To kick off our interview, I’d like to address your early beginnings in your hometown. You began work as a disc jockey at age sixteen. What kind of music were you spinning and creating then? How does that compare to the evolution of your craft since then?
You know, music has always been present in my life since back in the day. I started dj’ing at the age of sixteen in my hometown, spinning electronic music like progressive, trance, and house music at many clubs and different situations. When I turned eighteen, I realized that I really wanted to produce and play music.
You usually work in ‘modular sounds’ and you describe your sound as ‘vintage yet modern.’ For my readers, can you elaborate on what exactly modular sounds are?
Modular/Granular is a processing of the sound of my main instrument in the studio: the Virus TI Polar. I love the fact I can control all the automations I make with an analog controller like in the 80s.
Furthermore, why is your music, or vibe as you put it, vintage yet modern? What vintage elements and what contemporary elements culminate into your sound?
I always look for fresh and experimental sounds, but the great tunes of the past inspire me a lot when it comes to production.
You’ve experienced both the heart of the European music scene and now the American music scene since you moved to Los Angeles. What has that change been like? What are the major differences between the two scenes?
To make a long story short, Europe electronic scene is about clubbing while America is a fertile place for chill and experimental vibes.
You touch on the fact that you worked on a soundtrack for a Fox television series. Can you elaborate on that project?
It was my first year in LA and I was looking for a new collaboration with my coworker Jeroosalem. We remixed a song together for the singer Alex Vargas and it was very good. Vago Agency contacted us, asking to make a soundtrack for the TV series “Dos Lunas.” So I thought, “why not?” I only can say it was and outstanding experience and I look forward to working again on a soundtrack!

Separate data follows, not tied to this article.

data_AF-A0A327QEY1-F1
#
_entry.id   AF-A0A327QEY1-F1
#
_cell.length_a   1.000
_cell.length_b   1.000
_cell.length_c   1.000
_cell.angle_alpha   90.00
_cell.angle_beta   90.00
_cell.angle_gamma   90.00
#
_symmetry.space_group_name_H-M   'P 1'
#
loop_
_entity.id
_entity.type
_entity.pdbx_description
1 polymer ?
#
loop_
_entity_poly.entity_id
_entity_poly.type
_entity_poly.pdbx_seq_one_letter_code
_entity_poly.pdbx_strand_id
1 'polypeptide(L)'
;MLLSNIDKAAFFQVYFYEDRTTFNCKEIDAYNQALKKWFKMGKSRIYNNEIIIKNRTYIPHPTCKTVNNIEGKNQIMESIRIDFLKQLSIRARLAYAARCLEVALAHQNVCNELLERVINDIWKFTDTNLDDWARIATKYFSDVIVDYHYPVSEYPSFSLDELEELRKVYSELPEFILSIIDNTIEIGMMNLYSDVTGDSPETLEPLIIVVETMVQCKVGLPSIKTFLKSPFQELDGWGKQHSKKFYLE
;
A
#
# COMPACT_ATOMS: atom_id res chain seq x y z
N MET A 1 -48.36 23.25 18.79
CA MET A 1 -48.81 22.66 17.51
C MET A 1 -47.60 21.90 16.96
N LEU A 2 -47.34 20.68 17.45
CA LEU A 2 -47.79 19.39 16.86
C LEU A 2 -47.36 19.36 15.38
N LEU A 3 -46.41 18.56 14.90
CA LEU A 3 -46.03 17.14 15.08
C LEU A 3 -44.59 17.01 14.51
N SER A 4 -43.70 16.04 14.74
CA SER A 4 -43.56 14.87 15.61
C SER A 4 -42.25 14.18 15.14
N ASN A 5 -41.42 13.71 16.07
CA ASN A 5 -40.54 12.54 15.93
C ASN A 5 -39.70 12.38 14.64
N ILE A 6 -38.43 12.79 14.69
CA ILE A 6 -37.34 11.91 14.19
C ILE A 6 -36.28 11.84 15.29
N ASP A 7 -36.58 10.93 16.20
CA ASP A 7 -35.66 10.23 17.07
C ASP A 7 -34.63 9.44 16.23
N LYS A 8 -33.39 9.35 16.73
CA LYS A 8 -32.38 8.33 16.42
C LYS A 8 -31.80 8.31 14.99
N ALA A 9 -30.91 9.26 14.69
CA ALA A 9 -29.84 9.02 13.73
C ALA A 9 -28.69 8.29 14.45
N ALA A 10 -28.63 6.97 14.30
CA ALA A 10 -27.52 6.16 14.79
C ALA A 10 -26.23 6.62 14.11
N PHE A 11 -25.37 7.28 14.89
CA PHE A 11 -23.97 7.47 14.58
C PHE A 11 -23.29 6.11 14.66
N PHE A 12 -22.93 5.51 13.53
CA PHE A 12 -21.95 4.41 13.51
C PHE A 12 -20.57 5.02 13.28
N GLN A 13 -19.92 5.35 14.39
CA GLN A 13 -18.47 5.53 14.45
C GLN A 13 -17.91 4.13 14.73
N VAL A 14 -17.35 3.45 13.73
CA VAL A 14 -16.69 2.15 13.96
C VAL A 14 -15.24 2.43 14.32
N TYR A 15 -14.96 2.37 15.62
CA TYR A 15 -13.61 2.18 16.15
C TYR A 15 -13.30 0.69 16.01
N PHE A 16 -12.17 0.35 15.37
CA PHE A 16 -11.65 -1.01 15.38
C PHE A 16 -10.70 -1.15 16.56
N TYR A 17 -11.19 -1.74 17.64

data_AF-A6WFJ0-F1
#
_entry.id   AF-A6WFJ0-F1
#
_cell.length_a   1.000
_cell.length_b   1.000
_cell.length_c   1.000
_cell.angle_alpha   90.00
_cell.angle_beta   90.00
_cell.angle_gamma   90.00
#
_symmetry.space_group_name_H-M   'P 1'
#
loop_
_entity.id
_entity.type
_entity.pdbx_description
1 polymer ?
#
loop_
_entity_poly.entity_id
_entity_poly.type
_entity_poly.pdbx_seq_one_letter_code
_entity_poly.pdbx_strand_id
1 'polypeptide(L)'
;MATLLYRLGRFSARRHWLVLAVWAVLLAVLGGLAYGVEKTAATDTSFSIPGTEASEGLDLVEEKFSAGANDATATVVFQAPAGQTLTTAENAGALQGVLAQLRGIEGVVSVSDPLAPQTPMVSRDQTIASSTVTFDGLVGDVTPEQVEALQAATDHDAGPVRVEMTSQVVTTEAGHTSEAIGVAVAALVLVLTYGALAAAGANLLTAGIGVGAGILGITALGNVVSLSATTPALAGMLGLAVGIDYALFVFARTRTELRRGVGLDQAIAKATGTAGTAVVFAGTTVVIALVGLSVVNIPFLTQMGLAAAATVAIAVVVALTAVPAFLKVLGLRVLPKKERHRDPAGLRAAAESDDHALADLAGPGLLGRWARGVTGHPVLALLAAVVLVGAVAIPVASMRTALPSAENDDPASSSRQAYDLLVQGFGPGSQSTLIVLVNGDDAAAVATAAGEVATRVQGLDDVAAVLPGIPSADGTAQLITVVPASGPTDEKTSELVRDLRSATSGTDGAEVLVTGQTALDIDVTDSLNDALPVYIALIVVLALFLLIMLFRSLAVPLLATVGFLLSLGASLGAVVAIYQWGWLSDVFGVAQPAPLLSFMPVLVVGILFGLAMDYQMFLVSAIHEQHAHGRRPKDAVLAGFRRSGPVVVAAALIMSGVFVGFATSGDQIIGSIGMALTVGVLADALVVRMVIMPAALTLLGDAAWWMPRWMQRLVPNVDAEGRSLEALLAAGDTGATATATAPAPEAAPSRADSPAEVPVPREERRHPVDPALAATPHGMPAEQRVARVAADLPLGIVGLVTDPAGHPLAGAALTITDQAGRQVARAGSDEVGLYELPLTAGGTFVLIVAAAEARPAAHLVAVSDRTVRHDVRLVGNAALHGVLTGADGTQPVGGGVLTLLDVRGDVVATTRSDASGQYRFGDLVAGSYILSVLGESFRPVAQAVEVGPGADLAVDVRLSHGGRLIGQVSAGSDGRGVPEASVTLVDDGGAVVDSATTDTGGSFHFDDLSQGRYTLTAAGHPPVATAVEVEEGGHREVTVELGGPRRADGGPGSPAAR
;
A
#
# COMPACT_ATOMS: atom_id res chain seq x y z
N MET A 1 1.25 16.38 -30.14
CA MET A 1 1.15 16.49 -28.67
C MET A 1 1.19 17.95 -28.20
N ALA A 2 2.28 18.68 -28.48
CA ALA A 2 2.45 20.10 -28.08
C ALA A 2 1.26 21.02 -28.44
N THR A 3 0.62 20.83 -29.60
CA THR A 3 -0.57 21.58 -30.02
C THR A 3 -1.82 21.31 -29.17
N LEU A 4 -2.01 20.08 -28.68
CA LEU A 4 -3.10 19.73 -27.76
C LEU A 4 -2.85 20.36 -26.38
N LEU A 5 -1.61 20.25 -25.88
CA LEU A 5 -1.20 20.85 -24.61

Much of your career has involved remixing other artists’ work. What process do you go through to remix an existing song? Did your time at Essex University contribute beneficially to your production abilities?
Yes, and there’s so many artists I would love to collaborate with. As a DJ, I had the opportunity to remix artists like Alex Vargas, EDX, Bob Sinclar, Sabrina Petrini, and many more.. My remixing process is always different.. I think it depends on the original song and its influences.
Your follow-up to 2013’s ‘Amazing’ is your upcoming EP’s called ‘Three Gems’ and ‘Balloons.’ How are these project different and what do they entail?
After releasing ‘Amazing,’ that is all about progressive house and stuff, I started focusing on a mood more than a genre. So, I created my studio in Italy with my homie, Deja. We have been working on new vibes such as cinematic atmospheres, deep, tropical-house, and future-funk. You can listen to our collaboration, ‘Three Gems Ep,’ that was released last week under license of Irma Records, one of the coolest Italian labels. Check it out on Beatport and iTunes!
You must pull from both contemporary and classic influences. What kind of music do you pull inspiration from?
There are no direct influences on my music, but I admire and get inspiration from many artists and producers from the 70s to now.
In particular, I love asking my interviewees what kind of music they personally listen to – it gives incredibly insight to them not only as a music creator, but a consumer. If we were to que up your iPod or Spotify, what five songs might appear?
I listen to all kinds of music. Seriously, it’s hard for me to pick up just five songs from my playlist. However, these tunes are always played on my iPod:
1) Queen – Bohemian Rapsody
2) Michael Jackson – Smooth Criminal
3) Deadmau5 – Strobe
4) Carbon Based Lifeforms – World Of Sleppers
5) Exmag – Proportions
Finally, your most recent release is ‘F*cking in Love,’ a track you’re featured on from Sabrina Petrini. Talk a bit about this new release. What was your role in the new track?
I’m producing the debut album of Sabrina, a popular singer from the American band, KingQueen. She’s very talented, so I think she’ll bring her art to the next level in no time. Her new video is out on VEVO, an acoustic version of ‘F*cking in Love.’ Check it on YouTube!
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